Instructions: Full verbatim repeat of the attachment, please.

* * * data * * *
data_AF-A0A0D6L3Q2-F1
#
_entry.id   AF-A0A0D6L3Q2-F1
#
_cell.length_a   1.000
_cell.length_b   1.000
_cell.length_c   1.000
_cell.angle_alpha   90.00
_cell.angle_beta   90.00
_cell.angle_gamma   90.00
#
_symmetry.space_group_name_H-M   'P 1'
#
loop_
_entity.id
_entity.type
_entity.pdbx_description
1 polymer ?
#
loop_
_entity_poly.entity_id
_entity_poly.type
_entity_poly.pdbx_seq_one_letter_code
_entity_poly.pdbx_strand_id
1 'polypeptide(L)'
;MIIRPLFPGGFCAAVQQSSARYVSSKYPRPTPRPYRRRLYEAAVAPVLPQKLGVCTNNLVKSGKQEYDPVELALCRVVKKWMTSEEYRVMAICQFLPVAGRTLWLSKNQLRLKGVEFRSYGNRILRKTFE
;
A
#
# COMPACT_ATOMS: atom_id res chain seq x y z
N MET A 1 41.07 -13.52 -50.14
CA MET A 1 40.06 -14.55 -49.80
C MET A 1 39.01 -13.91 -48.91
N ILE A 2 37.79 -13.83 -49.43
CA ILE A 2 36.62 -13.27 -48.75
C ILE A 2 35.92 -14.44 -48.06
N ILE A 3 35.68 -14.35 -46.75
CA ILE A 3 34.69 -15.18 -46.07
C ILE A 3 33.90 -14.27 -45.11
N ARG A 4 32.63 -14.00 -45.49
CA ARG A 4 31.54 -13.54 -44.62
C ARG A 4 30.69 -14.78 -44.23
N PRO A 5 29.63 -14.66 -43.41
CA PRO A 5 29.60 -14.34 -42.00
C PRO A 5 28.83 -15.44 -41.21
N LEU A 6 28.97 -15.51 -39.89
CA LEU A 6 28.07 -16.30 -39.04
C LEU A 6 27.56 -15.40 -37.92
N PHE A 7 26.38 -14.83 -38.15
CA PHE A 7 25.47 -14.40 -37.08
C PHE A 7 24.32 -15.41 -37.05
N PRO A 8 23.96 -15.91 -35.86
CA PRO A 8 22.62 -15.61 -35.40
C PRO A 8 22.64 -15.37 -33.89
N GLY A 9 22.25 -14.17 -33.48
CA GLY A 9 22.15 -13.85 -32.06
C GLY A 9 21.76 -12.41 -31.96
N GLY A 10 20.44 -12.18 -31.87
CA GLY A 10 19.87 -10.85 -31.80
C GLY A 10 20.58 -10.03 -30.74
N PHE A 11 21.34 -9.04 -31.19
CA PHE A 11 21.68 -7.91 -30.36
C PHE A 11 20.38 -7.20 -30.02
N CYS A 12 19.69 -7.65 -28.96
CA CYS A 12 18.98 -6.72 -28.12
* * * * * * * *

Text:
data_AF-A0A0D6L3Q2-F1
#
_entry.id   AF-A0A0D6L3Q2-F1
#
_cell.length_a   1.000
_cell.length_b   1.000
_cell.length_c   1.000
_cell.angle_alpha   90.00
_cell.angle_beta   90.00
_cell.angle_gamma   90.00
#
_symmetry.space_group_name_H-M   'P 1'
#
loop_
_entity.id
_entity.type
_entity.pdbx_description
1 polymer ?
#
loop_
_entity_poly.entity_id
_entity_poly.type
_entity_poly.pdbx_seq_one_letter_code
_entity_poly.pdbx_strand_id
1 'polypeptide(L)'
;MIIRPLFPGGFCAAVQQSSARYVSSKYPRPTPRPYRRRLYEAAVAPVLPQKLGVCTNNLVKSGKQEYDPVELALCRVVKKWMTSEEYRVMAICQFLPVAGRTLWLSKNQLRLKGVEFRSYGNRILRKTFE
;
A
#
# COMPACT_ATOMS: atom_id res chain seq x y z
N MET A 1 41.07 -13.52 -50.14
CA MET A 1 40.06 -14.55 -49.80
C MET A 1 39.01 -13.91 -48.91
N ILE A 2 37.79 -13.83 -49.43
CA ILE A 2 36.62 -13.27 -48.75
C ILE A 2 35.92 -14.44 -48.06
N ILE A 3 35.68 -14.35 -46.75
CA ILE A 3 34.69 -15.18 -46.07
C ILE A 3 33.90 -14.27 -45.11
N ARG A 4 32.63 -14.00 -45.49
CA ARG A 4 31.54 -13.54 -44.62
C ARG A 4 30.69 -14.78 -44.23
N PRO A 5 29.63 -14.66 -43.41
CA PRO A 5 29.60 -14.34 -42.00
C PRO A 5 28.83 -15.44 -41.21
N LEU A 6 28.97 -15.51 -39.89
CA LEU A 6 28.07 -16.30 -39.04
C LEU A 6 27.56 -15.40 -37.92
N PHE A 7 26.38 -14.83 -38.15
CA PHE A 7 25.47 -14.40 -37.08
C PHE A 7 24.32 -15.41 -37.05
N PRO A 8 23.96 -15.91 -35.86
CA PRO A 8 22.62 -15.61 -35.40
C PRO A 8 22.64 -15.37 -33.89
N GLY A 9 22.25 -14.17 -33.48
CA GLY A 9 22.15 -13.85 -32.06
C GLY A 9 21.76 -12.41 -31.96
N GLY A 10 20.44 -12.18 -31.87
CA GLY A 10 19.87 -10.85 -31.80
C GLY A 10 20.58 -10.03 -30.74
N PHE A 11 21.34 -9.04 -31.19
CA PHE A 11 21.68 -7.91 -30.36
C PHE A 11 20.38 -7.20 -30.02
N CYS A 12 19.69 -7.65 -28.96
CA CYS A 12 18.98 -6.72 -28.12